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A few years late, but: DiG!

with 2 comments

The movie DiG! is a rockumentary about the Dandy Warhols and the Brian Jonestown Massacre. The intricate details of how absolutely fucked up Brian Jonestown are and how self-absorbed the Dandys are are mostly irrelevant because we’re four years from where the movie left off.

I think what’s still relevant, though, is the not-so-subtle message in the movie about record labels (that, and the giant, free anti-drug promo that the movie is).

I’d recommend the movie if you’re into stuff like this:

More importantly, I’d recommend the movie if you want to see how record labels just totally mess with artists. When you have a band like the Dandy Warhols and their label, Capitol, spends $400,000 on a music video for them — before they even have a product — something is wrong. You can argue until the cows come home that this is the nature of the beast, that corporations mess up, blah blah blah.

But I’m sorry, there is no way to excuse spending 400k on a band that you have no reason whatsoever to believe will be successful. But that’s what labels do. This is not to say all bands signed to major labels are evil or that they are sell outs. It’s just that labels don’t often have the band’s best interests at heart. They exist to maximize profits in exchange for helping the bands get their music heard — which is fine, to some degree. But this often gets lost in the middle somehow, and what you end up with is entirely bland, generic, soulless music. The labels act much like a mafia. “Beautiful band here. Shame if something ever happened to it… I could, for a price, offer some protection.” So the band signs. And just like when you get involved with the mafia (I would know!), you get pushed in all sorts of weird directions.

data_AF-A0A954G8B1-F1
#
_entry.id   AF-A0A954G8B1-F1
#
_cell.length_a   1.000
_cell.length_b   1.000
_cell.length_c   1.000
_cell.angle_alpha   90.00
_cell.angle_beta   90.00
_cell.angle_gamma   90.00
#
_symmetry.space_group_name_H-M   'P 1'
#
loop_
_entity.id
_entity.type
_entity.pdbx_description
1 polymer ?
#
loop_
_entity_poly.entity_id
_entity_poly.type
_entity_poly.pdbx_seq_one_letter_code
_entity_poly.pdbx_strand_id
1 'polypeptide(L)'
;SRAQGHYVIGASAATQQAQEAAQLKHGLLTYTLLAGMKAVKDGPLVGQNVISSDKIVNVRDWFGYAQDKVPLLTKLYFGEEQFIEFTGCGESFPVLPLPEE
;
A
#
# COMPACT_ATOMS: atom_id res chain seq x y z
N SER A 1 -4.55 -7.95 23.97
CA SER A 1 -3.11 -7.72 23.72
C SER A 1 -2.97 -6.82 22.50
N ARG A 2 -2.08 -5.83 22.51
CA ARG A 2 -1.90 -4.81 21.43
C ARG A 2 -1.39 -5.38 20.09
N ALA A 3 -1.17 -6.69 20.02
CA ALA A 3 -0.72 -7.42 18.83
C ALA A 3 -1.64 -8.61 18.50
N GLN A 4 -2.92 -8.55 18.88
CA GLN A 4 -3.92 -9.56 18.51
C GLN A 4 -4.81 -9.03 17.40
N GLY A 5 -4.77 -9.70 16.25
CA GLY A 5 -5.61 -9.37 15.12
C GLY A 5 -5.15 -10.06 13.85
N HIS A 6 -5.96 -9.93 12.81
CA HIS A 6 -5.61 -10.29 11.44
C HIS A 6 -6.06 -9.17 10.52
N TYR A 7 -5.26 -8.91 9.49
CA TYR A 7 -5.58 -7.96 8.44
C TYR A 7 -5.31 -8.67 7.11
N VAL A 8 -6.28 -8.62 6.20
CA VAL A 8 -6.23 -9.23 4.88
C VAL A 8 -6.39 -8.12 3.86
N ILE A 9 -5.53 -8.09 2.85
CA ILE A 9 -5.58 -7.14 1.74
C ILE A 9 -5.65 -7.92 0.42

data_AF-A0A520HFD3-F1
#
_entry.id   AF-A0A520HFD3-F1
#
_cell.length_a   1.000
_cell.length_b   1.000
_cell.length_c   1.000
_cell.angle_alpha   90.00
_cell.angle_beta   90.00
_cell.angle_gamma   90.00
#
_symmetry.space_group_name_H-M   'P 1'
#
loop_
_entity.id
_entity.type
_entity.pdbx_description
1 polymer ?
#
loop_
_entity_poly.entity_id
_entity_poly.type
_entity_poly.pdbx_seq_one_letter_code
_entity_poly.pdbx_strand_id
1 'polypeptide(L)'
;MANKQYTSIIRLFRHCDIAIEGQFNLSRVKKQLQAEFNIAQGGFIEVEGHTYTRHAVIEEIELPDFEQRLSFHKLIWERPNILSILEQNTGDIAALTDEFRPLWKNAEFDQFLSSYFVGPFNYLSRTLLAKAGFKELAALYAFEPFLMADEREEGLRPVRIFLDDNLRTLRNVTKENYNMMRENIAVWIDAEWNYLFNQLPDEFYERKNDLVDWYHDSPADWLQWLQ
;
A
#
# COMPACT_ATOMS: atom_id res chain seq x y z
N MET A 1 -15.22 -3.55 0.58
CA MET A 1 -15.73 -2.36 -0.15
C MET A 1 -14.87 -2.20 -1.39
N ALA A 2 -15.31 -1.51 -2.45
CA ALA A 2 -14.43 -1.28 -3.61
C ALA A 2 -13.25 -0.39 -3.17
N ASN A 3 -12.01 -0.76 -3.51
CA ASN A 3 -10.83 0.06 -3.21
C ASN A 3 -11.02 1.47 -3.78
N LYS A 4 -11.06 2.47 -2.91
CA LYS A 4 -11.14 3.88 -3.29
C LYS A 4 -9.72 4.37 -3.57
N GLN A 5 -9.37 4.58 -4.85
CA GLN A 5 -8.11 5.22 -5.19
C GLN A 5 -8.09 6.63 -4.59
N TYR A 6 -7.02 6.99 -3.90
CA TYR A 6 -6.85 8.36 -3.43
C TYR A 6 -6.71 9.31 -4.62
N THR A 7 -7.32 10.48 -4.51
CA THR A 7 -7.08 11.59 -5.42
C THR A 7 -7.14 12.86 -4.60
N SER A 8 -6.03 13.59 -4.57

You don’t get to choose what songs are on your CD. You don’t get to choose the tour dates, the booking routes, the venues, what the videos are like, etc. The Dandy Warhols got stuck using a single they didn’t want. Be Your Own Pet was forced into Warped Tour (which they somehow got out of by saying they were too tired?). A lot of bands basically become tentacles for the labels.

This is not to say I don’t listen to or like music from bands on major labels. I’m a huge defender of a band’s right to sign to any label they want and make any kind of music they want. I don’t “own” them and I’m not their mother.

This is purely a reflection on the labels, not the bands. I guess I just don’t see the labels as having much creativity or desire to produce good music. They want to sell a product that people will buy — and that’s totally fine, that’s how the market works. But in the process of that, they run through a lot of brutal, unfair tactics and complete dishonesty at the expense of the bands and the fans.